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Yield potential of semidwarf wheat and the effect of lodging

M. Stapper and R.A. Fischer

CSIRO, Centre for Irrigation and Freshwater Research, Griffith, N.S.W. and CSIRO, Division of Plant Industry, Canberra

Lodging has commonly been observed in heavy, early sown crops with a yield potential of more than 6 t/ha thus confounding breeding and management interpretations of yield trials. In 1985 at Griffith, we carried out two experiments to evaluate the lodging effects on yield potential.


Experiment 1 was sown on 22 April with the winter wheat variety Osprey. Treatments were: (la) full protection against lodging, (lb) natural lodging, (lc) spraying with growth regulators (Cycocel on 24 July, Ethrel on 6 September), and (1d) simulated grazing by mowing the crop on 3 July. Experiment 2 was sown on 12 June with spring wheat varieties Yecora 70 and Egret and had treatments of nil (2a,g), natural (2b,h) and artificial (2c,d,e,f) lodging (See Table). Lodging was prevented where necessary by growing crops through weld mesh. The crops were irrigated and had a high nitrogen status.

Results and Discussion

Anthesis for Osprey, Yecora and Egret occurred on 6, 10 and 15 October, respectively. Crop la produced 24 t/ha of dry matter. Such early sown crops produce a lot of vegetative growth during winter which does not contribute to grain production, but increases the risk of lodging. Growth regulants proved to be ineffective under these conditions. Mowing also could not prevent lodging. The short season variety Yecora 70 was the most efficient producer of grain. Lodging caused grain yield to be reduced from 10 to 40%, with the greatest effect when lodging occurred in the first 21 days after anthesis. These reductions are similar to those reported elsewhere for modern (1) and older (2) cultivars. Crop 2c which was artificially lodged before anthesis straightened up quickly, thus avoiding a more serious yield reduction Kernel number per m2 tended to be reduced by early lodging and kernel weight by later lodging, with associated increases in grain protein. A more detailed discussion, including lodging data from Mexico, is presented elsewhere (1).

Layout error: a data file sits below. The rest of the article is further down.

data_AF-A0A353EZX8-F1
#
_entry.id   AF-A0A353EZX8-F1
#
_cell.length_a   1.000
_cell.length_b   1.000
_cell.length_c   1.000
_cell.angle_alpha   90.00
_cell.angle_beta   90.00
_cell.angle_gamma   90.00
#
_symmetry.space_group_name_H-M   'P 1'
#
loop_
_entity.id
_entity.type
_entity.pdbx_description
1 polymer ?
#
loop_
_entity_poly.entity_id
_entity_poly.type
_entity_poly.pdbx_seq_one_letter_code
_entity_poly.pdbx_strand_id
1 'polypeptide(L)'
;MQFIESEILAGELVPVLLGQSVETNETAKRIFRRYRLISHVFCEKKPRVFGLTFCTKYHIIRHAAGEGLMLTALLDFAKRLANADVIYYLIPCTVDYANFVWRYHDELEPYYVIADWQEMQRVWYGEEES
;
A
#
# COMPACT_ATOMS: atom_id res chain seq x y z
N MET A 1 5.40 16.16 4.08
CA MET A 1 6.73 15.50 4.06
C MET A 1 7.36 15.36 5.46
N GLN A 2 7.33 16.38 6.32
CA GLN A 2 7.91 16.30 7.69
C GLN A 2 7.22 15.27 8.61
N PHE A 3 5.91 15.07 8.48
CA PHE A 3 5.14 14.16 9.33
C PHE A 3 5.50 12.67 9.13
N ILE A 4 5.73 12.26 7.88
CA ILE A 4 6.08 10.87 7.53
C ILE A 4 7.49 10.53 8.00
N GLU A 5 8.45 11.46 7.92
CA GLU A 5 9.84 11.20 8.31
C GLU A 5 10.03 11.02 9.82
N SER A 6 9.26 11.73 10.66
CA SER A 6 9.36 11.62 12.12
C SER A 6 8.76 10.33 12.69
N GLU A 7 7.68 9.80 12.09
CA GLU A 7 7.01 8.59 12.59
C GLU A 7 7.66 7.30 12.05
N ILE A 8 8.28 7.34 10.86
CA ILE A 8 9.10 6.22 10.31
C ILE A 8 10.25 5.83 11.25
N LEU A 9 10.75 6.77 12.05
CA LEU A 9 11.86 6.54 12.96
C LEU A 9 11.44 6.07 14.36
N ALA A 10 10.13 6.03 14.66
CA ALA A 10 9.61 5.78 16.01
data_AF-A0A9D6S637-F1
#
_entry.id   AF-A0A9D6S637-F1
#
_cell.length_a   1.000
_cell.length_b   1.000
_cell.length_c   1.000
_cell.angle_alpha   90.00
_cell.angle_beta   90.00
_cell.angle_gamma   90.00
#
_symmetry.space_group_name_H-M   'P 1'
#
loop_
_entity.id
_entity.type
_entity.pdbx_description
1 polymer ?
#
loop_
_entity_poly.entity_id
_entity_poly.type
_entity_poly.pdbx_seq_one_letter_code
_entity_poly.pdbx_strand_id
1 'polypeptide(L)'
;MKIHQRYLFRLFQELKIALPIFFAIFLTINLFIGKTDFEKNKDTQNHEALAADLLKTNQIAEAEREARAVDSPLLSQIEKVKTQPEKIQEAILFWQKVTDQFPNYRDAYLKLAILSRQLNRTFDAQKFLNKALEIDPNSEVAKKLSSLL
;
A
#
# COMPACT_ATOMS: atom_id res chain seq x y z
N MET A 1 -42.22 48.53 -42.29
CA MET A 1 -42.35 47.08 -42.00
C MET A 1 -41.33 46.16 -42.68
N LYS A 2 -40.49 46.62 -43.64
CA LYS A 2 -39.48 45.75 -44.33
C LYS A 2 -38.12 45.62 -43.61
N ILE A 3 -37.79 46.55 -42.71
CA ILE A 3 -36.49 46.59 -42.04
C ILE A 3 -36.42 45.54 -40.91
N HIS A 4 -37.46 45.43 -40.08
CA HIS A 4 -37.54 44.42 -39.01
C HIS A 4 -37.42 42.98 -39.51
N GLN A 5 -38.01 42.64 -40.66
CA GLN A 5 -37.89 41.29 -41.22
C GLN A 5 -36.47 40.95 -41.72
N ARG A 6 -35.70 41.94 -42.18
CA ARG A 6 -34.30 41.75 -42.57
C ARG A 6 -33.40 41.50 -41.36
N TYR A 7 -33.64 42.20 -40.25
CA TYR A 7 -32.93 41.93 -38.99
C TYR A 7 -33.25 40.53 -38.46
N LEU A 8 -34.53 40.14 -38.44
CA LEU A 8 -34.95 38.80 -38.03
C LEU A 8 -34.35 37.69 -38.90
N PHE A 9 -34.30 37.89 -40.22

1. Fischer, R.A. and Stapper, M. 1987. Field Crop Res. (In press)

2. Pinthus, M.J. 1973. Adv. in Agron. 25: 209-263.

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